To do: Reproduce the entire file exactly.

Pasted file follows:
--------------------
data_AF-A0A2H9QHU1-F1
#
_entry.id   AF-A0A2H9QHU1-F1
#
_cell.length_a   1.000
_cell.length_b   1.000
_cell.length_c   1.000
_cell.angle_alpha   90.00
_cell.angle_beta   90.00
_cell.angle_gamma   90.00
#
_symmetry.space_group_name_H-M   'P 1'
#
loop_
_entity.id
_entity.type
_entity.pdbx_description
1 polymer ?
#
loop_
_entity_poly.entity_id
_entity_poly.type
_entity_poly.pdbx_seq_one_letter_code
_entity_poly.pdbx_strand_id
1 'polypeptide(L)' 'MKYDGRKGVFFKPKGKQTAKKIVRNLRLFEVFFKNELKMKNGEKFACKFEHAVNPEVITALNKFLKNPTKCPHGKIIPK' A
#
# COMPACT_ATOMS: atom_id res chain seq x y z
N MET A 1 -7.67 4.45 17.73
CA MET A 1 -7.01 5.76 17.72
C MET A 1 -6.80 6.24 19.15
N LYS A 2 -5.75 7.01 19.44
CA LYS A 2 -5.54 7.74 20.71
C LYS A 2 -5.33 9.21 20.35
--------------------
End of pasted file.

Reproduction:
data_AF-A0A2H9QHU1-F1
#
_entry.id   AF-A0A2H9QHU1-F1
#
_cell.length_a   1.000
_cell.length_b   1.000
_cell.length_c   1.000
_cell.angle_alpha   90.00
_cell.angle_beta   90.00
_cell.angle_gamma   90.00
#
_symmetry.space_group_name_H-M   'P 1'
#
loop_
_entity.id
_entity.type
_entity.pdbx_description
1 polymer ?
#
loop_
_entity_poly.entity_id
_entity_poly.type
_entity_poly.pdbx_seq_one_letter_code
_entity_poly.pdbx_strand_id
1 'polypeptide(L)' 'MKYDGRKGVFFKPKGKQTAKKIVRNLRLFEVFFKNELKMKNGEKFACKFEHAVNPEVITALNKFLKNPTKCPHGKIIPK' A
#
# COMPACT_ATOMS: atom_id res chain seq x y z
N MET A 1 -7.67 4.45 17.73
CA MET A 1 -7.01 5.76 17.72
C MET A 1 -6.80 6.24 19.15
N LYS A 2 -5.75 7.01 19.44
CA LYS A 2 -5.54 7.74 20.71
C LYS A 2 -5.33 9.21 20.35